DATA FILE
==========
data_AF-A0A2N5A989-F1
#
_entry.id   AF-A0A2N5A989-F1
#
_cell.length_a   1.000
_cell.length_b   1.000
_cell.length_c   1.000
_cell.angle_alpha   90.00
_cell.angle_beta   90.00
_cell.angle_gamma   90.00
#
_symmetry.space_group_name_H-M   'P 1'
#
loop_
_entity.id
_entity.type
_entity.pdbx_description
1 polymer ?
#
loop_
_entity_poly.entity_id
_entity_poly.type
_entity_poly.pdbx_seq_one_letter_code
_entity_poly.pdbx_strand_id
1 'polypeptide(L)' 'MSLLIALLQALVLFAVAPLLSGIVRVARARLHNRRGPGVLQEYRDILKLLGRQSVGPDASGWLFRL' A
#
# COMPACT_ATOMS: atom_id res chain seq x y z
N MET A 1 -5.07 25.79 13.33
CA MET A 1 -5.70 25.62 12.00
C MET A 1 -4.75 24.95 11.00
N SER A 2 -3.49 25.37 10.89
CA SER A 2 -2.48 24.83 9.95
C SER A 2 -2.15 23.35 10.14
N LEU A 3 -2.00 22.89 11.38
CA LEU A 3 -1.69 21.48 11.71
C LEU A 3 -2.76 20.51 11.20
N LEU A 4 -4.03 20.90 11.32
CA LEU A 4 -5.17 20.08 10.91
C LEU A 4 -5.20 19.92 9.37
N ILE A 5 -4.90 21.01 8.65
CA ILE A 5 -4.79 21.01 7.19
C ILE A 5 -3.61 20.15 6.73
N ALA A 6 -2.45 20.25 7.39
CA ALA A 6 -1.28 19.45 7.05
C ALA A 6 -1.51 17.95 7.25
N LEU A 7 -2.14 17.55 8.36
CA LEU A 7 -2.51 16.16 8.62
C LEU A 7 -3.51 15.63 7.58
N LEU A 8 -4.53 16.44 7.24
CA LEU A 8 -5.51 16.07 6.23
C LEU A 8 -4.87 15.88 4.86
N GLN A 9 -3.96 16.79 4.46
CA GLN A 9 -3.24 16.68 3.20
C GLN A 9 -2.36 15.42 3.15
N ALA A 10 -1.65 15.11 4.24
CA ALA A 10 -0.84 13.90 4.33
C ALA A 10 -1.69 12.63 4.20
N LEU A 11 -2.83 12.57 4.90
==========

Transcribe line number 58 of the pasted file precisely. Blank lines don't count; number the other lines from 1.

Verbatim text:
N LEU A 11 -2.83 12.57 4.90